Besides working with Dr. Diefendorf, I worked with the players, the team managers, and another Sports Med Doctor. The players were a delight and were very nice and welcoming. They were never rude or made me feel like I was an outcast. They were ok with me watching what was happening to them/ their teammates throughout the game. The team managers, Frankie and Wyatt were very nice. I had known Frankie before I the game, so it was nice to see him again. I had met Wyatt for the first time, and he was very sweet. He was helpful to the team players and always put them before himself. The other trainer, Laurie, was very nice, and caring to the boys. She was very helpful to the boys from Serra and from St. Francis.
Before this assignment, I was not pursuing this career, but after the game and all of the excitement, I decided that this would be fun to do. I loved how positive the atmosphere was, and how helpful everyone was. When I am older, I aspire to be a Forensic Anthropologist, and to be happy. A Forensic Anthropologist, is when someone studies the bones of a person who is deceased. I find this job interesting because I do not mind blood, and because you get to help solve crimes. I would consider this career worth pursuing because of how many injuries you can help with and how awesome the job is. I would love to take up being a Sports Medicine Doctor as a job.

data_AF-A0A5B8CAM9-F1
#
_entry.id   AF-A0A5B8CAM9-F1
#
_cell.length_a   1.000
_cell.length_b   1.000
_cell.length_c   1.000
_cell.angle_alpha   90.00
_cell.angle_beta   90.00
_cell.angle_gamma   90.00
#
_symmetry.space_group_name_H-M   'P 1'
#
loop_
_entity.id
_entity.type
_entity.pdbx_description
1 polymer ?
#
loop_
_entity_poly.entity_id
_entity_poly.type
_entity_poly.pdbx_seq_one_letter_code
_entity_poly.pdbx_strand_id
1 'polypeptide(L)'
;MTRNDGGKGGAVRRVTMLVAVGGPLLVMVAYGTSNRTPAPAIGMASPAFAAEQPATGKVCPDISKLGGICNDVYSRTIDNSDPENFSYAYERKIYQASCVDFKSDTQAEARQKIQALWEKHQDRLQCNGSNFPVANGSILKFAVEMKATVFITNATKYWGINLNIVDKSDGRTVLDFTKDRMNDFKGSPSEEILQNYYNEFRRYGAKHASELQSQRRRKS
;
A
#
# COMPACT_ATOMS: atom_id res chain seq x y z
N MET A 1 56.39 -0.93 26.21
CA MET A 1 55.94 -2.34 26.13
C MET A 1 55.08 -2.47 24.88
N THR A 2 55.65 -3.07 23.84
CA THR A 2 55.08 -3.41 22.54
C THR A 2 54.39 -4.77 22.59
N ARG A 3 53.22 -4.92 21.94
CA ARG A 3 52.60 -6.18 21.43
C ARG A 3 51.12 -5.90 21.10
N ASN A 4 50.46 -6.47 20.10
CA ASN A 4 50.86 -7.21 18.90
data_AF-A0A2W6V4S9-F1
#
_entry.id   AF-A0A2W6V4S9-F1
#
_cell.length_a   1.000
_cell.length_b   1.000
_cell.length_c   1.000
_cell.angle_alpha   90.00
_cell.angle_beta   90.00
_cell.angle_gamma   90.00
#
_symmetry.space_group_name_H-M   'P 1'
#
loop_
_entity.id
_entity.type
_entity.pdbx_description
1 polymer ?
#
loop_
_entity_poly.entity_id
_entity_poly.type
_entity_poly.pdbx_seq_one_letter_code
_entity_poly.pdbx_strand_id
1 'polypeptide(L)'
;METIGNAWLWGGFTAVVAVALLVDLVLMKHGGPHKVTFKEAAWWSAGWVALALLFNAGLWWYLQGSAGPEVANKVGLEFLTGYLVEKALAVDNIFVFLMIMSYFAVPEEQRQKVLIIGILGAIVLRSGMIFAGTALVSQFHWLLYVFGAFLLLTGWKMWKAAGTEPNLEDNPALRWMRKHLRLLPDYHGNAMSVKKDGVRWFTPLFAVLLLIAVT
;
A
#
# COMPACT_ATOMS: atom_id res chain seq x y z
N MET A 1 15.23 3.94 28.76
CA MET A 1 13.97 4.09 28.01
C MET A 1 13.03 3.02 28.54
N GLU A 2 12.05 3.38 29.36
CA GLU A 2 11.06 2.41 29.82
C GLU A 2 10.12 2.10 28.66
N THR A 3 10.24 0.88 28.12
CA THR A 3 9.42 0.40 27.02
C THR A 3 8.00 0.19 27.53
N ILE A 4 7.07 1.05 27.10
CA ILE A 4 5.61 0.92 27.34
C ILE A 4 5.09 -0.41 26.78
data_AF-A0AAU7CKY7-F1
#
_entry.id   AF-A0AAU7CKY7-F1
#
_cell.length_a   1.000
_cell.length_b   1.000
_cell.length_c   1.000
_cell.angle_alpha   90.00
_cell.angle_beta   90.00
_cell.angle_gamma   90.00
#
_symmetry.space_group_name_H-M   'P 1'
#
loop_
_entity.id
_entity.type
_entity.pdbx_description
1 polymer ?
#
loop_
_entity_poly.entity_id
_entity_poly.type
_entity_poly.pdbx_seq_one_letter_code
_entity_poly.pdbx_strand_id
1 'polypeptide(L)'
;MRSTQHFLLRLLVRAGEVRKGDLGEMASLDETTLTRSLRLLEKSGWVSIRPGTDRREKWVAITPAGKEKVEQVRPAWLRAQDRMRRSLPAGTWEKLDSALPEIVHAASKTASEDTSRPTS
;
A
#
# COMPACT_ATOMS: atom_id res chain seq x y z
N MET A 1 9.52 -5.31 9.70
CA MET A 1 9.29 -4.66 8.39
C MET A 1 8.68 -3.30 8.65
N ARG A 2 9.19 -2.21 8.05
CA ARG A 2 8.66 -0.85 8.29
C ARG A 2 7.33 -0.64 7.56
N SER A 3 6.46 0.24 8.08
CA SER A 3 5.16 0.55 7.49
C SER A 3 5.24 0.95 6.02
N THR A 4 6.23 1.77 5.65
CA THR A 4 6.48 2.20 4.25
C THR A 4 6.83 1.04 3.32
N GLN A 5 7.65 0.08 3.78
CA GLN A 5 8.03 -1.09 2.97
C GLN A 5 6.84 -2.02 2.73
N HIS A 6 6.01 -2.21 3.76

For this job, you are expected to dress in athletic clothes, or in clothes that you can move around in and get dirty. For this job I would not show up in a dress and heels. I would be dressed in leggings, tennis shoes, and an athletic t-shirt. You need to be able to run around and get your clothes dirty. If someone breaks their leg on the field, you have to be able to run out to them, not waddle over in your heels, you have to be able to be ok with getting sweat and/or blood on your clothes. I have learned that dressing down is better for this job.
To be successful for this job, you would have to be hard working and have a positive attitude. You need to be able to handle whatever is thrown at you in a very critical situation. You need to be able to move fast, and get things done even faster. To have this job, you need to be able to handle blood and gore. Although I did not see blood or gore, it does not mean that that doesn’t show up in when one is working as a Sports Medicine Doctor. For this career, you can earn up to $207,341 per year. The factors that impact this salary are how much people are willing to pay for help with their injuries, how often they are asked to participate in a game, and how great of a doctor they are.